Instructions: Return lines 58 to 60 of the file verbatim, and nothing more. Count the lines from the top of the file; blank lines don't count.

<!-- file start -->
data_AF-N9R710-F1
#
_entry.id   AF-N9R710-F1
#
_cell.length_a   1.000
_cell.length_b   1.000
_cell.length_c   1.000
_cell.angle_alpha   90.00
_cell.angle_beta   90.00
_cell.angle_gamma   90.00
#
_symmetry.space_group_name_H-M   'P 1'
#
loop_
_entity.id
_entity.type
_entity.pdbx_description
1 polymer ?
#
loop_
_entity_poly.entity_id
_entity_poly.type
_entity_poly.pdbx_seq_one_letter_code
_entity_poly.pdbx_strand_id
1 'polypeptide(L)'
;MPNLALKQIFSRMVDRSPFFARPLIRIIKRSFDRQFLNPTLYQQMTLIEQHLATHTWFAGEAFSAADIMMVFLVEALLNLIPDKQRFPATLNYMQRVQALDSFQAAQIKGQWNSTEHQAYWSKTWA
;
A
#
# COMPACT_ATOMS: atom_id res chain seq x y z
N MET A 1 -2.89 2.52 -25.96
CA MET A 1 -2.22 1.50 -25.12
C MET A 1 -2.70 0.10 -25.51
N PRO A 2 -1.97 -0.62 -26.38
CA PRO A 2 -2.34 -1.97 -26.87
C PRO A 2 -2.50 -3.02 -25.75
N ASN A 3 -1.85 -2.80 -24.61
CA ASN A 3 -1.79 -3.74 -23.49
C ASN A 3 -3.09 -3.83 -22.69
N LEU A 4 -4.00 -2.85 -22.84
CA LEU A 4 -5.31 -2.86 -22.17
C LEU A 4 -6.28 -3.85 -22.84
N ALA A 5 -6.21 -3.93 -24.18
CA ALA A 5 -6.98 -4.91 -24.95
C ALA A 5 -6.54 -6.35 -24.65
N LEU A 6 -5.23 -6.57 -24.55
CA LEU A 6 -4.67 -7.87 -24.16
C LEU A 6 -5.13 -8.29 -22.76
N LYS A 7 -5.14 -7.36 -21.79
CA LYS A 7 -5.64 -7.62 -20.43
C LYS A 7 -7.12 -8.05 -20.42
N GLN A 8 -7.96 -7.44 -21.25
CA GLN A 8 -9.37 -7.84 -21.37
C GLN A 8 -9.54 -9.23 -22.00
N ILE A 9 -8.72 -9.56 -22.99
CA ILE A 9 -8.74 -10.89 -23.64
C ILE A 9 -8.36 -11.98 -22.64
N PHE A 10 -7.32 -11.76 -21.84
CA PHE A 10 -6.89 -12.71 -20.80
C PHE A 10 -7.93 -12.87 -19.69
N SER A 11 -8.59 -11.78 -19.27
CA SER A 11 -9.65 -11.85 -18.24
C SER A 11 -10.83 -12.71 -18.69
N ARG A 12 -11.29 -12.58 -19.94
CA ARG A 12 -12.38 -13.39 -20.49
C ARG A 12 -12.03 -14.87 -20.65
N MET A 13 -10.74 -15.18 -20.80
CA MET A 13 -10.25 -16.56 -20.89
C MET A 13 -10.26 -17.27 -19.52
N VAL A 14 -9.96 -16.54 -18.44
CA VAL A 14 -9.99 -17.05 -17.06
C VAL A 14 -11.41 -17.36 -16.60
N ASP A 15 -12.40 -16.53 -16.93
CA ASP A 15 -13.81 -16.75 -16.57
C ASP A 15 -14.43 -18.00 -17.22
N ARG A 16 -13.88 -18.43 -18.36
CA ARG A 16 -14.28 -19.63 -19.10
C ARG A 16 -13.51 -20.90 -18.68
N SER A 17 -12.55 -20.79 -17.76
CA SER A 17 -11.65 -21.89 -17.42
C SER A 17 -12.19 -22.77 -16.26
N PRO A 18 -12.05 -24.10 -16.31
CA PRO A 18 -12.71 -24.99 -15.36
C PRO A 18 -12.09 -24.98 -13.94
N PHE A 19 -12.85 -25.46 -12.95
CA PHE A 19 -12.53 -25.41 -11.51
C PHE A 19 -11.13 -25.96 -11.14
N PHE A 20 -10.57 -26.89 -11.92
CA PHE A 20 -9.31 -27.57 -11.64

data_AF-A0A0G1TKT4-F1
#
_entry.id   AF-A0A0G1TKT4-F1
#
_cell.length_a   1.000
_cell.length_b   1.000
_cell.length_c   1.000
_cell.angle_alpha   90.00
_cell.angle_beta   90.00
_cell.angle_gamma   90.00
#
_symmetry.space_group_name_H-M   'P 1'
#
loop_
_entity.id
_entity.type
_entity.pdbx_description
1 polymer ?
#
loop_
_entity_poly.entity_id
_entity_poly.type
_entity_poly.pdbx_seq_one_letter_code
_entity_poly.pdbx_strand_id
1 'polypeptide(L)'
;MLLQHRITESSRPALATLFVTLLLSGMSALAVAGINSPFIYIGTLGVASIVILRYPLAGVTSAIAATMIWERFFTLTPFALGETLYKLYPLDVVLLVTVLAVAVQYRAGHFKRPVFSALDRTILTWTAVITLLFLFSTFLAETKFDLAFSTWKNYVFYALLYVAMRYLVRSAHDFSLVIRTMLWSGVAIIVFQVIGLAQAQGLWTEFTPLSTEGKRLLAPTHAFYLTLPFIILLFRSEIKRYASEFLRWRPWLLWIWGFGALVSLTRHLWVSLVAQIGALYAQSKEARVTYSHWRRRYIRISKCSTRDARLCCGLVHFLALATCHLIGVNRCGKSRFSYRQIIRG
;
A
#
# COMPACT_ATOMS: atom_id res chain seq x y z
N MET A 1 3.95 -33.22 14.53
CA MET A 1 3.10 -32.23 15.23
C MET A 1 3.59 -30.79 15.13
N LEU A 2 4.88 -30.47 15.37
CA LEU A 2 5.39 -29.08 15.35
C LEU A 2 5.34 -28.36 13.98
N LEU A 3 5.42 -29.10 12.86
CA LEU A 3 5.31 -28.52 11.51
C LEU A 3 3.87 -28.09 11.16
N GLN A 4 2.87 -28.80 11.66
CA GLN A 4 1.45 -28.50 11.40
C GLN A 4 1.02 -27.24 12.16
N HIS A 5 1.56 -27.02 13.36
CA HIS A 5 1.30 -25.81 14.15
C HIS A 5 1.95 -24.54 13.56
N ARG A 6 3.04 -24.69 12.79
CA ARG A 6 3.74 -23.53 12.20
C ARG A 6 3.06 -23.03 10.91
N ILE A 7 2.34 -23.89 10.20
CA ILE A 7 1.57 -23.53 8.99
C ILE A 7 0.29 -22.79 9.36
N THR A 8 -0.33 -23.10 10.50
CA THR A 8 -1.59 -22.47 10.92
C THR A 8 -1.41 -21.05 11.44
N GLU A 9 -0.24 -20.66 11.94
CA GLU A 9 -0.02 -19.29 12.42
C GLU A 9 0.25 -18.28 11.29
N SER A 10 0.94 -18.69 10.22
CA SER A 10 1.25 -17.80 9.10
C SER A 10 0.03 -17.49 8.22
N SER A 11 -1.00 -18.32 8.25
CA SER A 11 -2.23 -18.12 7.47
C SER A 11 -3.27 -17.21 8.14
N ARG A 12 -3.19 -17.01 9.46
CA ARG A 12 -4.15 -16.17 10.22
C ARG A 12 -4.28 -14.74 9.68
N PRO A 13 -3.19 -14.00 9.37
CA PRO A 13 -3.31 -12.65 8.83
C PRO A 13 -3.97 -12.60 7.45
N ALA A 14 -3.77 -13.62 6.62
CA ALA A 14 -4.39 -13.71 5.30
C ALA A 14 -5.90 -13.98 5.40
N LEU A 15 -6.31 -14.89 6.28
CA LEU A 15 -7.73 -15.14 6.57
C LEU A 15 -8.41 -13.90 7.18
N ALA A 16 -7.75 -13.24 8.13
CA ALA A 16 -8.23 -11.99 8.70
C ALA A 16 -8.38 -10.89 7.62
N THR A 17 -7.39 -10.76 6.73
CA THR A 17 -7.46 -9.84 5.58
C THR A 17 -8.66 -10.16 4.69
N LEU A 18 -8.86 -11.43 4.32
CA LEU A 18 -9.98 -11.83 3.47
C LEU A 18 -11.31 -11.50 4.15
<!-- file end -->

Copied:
N PHE A 10 -7.32 -11.76 -21.84
CA PHE A 10 -6.89 -12.71 -20.80
C PHE A 10 -7.93 -12.87 -19.69